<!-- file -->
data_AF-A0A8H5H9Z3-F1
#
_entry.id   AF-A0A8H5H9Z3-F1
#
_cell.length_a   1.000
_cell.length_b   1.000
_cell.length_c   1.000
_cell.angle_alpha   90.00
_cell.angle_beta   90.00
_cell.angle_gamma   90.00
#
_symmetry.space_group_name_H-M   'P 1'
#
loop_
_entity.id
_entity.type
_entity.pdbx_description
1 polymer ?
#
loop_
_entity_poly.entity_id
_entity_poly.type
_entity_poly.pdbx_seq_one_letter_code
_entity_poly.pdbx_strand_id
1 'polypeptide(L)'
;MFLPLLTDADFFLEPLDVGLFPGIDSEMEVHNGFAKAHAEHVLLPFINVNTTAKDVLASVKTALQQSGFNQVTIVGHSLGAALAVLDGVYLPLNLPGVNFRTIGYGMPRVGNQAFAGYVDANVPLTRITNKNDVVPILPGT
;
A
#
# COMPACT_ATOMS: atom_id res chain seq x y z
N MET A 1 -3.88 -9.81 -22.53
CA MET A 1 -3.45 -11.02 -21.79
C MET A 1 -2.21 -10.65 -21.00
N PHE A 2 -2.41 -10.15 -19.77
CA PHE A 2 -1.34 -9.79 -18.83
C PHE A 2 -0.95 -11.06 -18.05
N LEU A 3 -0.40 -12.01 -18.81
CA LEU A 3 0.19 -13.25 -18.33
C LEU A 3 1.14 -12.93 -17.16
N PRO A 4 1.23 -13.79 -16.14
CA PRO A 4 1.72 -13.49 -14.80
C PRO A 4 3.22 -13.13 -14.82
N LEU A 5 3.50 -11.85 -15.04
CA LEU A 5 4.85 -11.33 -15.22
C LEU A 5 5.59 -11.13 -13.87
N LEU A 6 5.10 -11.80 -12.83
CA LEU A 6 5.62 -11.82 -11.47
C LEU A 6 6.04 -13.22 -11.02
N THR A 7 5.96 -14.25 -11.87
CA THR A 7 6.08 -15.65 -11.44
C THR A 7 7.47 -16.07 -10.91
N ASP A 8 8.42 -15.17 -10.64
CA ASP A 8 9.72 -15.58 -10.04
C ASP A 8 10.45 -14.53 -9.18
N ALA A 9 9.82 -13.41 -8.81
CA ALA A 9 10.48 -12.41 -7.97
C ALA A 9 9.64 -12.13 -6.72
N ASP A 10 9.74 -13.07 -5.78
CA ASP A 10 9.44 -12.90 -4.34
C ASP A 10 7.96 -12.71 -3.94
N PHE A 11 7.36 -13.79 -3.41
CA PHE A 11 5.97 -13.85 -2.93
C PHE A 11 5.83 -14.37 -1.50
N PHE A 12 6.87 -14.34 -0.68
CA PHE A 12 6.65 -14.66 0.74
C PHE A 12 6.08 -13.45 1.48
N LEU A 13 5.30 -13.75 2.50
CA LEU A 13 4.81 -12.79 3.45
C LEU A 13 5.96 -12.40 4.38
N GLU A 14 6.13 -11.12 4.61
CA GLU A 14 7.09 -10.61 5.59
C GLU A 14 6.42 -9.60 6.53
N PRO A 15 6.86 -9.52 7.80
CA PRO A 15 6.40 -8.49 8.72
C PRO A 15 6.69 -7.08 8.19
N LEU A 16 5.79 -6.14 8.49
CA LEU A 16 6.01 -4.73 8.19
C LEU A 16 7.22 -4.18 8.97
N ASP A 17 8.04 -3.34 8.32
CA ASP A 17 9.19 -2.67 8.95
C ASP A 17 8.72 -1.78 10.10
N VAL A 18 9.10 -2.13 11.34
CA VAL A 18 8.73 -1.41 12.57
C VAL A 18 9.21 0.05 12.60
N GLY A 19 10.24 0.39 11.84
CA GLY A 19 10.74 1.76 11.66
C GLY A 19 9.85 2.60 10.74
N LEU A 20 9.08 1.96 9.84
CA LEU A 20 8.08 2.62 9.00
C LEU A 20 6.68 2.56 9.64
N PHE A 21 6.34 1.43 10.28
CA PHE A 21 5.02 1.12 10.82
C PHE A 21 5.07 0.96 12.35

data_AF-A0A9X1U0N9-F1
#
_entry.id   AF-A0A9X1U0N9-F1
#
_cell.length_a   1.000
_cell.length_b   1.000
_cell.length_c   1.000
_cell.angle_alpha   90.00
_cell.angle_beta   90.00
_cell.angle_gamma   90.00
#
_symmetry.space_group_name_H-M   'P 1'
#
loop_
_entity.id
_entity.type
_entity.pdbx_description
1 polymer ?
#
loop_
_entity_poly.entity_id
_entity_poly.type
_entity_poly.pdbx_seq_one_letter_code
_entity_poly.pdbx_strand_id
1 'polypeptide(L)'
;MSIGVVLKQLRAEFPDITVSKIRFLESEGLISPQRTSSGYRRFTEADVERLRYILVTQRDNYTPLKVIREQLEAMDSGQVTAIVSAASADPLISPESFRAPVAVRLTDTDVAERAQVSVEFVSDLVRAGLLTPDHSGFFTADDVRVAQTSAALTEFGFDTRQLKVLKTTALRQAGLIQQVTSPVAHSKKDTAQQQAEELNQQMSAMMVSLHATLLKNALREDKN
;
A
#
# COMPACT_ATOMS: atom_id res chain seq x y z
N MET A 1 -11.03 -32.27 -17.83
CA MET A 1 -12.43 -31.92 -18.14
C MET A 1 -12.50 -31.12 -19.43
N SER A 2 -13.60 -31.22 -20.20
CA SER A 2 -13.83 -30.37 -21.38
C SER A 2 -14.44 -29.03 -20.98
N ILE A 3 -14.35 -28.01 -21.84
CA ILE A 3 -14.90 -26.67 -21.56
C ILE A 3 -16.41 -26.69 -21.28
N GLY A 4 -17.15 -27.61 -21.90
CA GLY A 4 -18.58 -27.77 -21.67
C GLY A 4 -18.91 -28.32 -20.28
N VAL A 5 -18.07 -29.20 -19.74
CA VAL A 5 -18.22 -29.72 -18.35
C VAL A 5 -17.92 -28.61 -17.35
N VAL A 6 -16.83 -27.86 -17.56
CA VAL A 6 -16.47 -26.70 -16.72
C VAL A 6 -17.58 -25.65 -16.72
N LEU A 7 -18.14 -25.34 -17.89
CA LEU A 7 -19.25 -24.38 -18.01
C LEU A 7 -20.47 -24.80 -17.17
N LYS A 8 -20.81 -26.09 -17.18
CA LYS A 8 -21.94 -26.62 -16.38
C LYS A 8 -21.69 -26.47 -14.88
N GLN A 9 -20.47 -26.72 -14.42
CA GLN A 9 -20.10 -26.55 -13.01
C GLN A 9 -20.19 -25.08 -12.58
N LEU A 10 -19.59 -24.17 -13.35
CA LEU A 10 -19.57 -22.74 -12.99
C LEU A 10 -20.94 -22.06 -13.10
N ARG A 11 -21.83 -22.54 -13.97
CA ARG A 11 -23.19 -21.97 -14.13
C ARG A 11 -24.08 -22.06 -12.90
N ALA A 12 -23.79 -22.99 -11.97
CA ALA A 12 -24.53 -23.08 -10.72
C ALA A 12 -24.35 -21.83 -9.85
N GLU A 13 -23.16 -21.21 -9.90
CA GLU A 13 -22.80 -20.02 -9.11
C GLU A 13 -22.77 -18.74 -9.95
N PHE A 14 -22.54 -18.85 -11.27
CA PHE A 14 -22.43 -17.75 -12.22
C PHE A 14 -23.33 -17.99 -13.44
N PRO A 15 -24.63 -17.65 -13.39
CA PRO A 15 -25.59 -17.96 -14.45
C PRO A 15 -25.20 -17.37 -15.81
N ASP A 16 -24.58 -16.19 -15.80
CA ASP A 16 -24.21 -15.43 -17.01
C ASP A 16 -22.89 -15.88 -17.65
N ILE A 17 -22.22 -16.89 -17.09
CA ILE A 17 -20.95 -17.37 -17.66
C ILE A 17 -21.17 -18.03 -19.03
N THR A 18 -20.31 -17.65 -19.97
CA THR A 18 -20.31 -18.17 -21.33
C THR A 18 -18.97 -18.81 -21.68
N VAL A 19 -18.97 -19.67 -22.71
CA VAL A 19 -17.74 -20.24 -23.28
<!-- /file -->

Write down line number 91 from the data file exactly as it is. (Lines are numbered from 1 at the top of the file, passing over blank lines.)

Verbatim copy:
N PHE A 21 6.34 1.43 10.28